Recently the Supreme Court of Pennsylvania again underscored its willingness to impede justice in the contentious case of imprisoned journalist Mumia Abu-Jamal through issuance of an unusual decision that utilized a rarely employed power of that court.
Pennsylvania's highest court used its King's Bench authority to order an investigation into conflict of interest charges against the District Attorney's Office in Philadelphia leveled by avowed enemies of Abu-Jamal.
Those opponents, in their request to the Pa Supreme Court, included a claim that Philadelphia's DA Office was not aggressive enough in its opposition to appeals filed by this inmate convicted in 1982 for murder of a Philadelphia policeman. Opponents want the DA's Office removed from the case.
Many across the U.S. and internationally view Abu-Jamal as a political prisoner.
One consequence of that uncommon investigation ordered by the Supreme Court is to further delay deliberations on an appeal pending for Abu-Jamal that ironically centers on instances of misconduct against Abu-Jamal by a member of the Pa Supreme Court.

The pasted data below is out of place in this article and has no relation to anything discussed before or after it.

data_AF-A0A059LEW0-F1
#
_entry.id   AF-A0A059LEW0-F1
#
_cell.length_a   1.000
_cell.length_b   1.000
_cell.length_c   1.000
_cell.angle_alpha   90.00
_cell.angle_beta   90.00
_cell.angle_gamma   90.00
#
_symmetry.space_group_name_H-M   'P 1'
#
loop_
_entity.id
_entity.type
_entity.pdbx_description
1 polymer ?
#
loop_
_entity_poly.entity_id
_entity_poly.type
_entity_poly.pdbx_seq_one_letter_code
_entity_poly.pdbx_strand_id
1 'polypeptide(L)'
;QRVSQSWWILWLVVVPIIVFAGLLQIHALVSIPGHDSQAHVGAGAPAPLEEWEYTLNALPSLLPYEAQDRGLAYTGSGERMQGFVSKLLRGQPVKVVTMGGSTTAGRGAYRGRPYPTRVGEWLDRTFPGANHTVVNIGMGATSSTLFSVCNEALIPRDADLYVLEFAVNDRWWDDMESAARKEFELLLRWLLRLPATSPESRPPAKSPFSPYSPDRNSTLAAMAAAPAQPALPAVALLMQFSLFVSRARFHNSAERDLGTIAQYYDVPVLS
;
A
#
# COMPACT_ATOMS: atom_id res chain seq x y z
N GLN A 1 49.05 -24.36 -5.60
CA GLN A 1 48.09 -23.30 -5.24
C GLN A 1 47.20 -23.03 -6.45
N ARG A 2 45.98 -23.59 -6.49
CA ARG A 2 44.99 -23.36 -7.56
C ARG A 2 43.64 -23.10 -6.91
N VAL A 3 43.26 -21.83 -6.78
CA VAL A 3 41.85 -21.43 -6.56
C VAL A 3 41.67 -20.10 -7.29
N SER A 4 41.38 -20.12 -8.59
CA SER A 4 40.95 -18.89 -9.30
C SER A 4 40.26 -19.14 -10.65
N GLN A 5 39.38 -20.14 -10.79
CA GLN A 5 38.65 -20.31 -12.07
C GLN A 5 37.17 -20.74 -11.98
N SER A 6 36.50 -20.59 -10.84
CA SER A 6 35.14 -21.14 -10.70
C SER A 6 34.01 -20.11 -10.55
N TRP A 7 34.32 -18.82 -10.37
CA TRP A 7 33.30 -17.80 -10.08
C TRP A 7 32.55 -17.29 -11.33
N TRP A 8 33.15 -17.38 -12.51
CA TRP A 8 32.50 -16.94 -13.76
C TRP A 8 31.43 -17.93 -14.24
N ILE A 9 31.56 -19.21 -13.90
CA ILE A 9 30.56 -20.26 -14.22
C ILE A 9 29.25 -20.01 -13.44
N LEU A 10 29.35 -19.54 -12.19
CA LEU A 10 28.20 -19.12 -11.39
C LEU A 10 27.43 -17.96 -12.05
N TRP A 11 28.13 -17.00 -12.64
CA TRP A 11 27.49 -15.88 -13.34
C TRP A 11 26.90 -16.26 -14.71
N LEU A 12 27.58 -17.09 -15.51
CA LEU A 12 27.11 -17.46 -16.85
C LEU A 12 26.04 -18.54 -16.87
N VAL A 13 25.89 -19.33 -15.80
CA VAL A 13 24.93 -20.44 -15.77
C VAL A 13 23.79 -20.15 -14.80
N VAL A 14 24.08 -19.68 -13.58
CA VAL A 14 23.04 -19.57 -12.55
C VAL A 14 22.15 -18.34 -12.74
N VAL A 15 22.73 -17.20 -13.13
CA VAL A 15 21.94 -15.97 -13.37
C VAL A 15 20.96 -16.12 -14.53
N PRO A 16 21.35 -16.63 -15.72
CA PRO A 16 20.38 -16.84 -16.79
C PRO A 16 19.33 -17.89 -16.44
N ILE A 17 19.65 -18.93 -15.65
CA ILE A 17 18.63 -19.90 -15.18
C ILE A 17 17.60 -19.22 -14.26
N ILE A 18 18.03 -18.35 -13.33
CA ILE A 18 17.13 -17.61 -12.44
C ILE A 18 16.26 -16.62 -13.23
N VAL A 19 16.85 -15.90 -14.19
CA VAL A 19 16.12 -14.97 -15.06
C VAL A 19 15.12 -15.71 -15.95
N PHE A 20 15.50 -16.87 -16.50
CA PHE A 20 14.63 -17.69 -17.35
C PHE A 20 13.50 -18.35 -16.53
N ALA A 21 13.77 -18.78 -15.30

King's Bench is an extraordinary authority exercised by the highest courts in only a few states. It permits those courts to override the ordinary legal process. Pennsylvania Supreme Court rulings limit King's Bench to issues of "public importance" that require timely intervention. As a general legal principle, King's Bench is not appropriate for an individual or group simply displeased with a governmental action.
Last fall the Pennsylvania Supreme Court rejected King's Bench relief for two inmates who argued the death penalty violated the cruel punishment prohibition in Pennsylvania's state Constitution. One of those inmates has languished in death row isolation for 25-years. A Pennsylvania Supreme Court commission appointed in 1999 documented flaws and racial bias in Pa's death penalty, findings similar to those of a 2018 Pa legislative task force.
While Pennsylvania's highest court did not deem death penalty injustices of public importance it did grant a King's Bench request based on displeasure against Philadelphia's DA Office from an individual and a group long engaged in a revenge campaign against Abu-Jamal.